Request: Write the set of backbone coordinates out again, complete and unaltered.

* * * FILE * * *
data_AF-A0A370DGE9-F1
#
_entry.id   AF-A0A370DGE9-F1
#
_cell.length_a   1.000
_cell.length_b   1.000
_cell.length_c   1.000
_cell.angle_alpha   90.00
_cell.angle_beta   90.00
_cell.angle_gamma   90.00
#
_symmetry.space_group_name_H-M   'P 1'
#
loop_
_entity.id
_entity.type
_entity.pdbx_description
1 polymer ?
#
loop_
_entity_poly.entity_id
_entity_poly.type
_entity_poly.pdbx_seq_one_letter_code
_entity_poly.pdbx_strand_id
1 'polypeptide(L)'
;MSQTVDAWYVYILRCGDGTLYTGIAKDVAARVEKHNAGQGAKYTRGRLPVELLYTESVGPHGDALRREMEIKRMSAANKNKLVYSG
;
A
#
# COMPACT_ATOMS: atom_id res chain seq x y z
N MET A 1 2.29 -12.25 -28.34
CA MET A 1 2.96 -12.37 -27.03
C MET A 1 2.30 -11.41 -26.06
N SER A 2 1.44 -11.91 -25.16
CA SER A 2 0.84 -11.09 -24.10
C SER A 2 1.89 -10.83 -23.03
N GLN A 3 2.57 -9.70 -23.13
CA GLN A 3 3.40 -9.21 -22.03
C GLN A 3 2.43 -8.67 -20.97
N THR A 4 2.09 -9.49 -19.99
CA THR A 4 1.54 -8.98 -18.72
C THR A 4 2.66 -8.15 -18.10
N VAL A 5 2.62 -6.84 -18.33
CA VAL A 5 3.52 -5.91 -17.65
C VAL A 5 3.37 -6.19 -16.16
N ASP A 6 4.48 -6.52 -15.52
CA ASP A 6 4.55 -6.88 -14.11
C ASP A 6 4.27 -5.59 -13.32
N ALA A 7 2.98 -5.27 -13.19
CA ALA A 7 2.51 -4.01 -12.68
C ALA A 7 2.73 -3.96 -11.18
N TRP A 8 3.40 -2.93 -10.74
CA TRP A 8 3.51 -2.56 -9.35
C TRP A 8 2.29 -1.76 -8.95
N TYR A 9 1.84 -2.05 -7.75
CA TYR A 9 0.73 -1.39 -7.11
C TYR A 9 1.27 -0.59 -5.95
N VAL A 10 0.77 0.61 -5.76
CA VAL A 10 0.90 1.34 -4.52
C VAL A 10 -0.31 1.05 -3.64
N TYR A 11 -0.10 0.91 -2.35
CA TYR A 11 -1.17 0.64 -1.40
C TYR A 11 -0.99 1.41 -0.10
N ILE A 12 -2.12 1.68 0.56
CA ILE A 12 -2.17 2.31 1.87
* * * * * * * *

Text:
data_AF-A0A370DGE9-F1
#
_entry.id   AF-A0A370DGE9-F1
#
_cell.length_a   1.000
_cell.length_b   1.000
_cell.length_c   1.000
_cell.angle_alpha   90.00
_cell.angle_beta   90.00
_cell.angle_gamma   90.00
#
_symmetry.space_group_name_H-M   'P 1'
#
loop_
_entity.id
_entity.type
_entity.pdbx_description
1 polymer ?
#
loop_
_entity_poly.entity_id
_entity_poly.type
_entity_poly.pdbx_seq_one_letter_code
_entity_poly.pdbx_strand_id
1 'polypeptide(L)'
;MSQTVDAWYVYILRCGDGTLYTGIAKDVAARVEKHNAGQGAKYTRGRLPVELLYTESVGPHGDALRREMEIKRMSAANKNKLVYSG
;
A
#
# COMPACT_ATOMS: atom_id res chain seq x y z
N MET A 1 2.29 -12.25 -28.34
CA MET A 1 2.96 -12.37 -27.03
C MET A 1 2.30 -11.41 -26.06
N SER A 2 1.44 -11.91 -25.16
CA SER A 2 0.84 -11.09 -24.10
C SER A 2 1.89 -10.83 -23.03
N GLN A 3 2.57 -9.70 -23.13
CA GLN A 3 3.40 -9.21 -22.03
C GLN A 3 2.43 -8.67 -20.97
N THR A 4 2.09 -9.49 -19.99
CA THR A 4 1.54 -8.98 -18.72
C THR A 4 2.66 -8.15 -18.10
N VAL A 5 2.62 -6.84 -18.33
CA VAL A 5 3.52 -5.91 -17.65
C VAL A 5 3.37 -6.19 -16.16
N ASP A 6 4.48 -6.52 -15.52
CA ASP A 6 4.55 -6.88 -14.11
C ASP A 6 4.27 -5.59 -13.32
N ALA A 7 2.98 -5.27 -13.19
CA ALA A 7 2.51 -4.01 -12.68
C ALA A 7 2.73 -3.96 -11.18
N TRP A 8 3.40 -2.93 -10.74
CA TRP A 8 3.51 -2.56 -9.35
C TRP A 8 2.29 -1.76 -8.95
N TYR A 9 1.84 -2.05 -7.75
CA TYR A 9 0.73 -1.39 -7.11
C TYR A 9 1.27 -0.59 -5.95
N VAL A 10 0.77 0.61 -5.76
CA VAL A 10 0.90 1.34 -4.52
C VAL A 10 -0.31 1.05 -3.64
N TYR A 11 -0.10 0.91 -2.35
CA TYR A 11 -1.17 0.64 -1.40
C TYR A 11 -0.99 1.41 -0.10
N ILE A 12 -2.12 1.68 0.56
CA ILE A 12 -2.17 2.31 1.87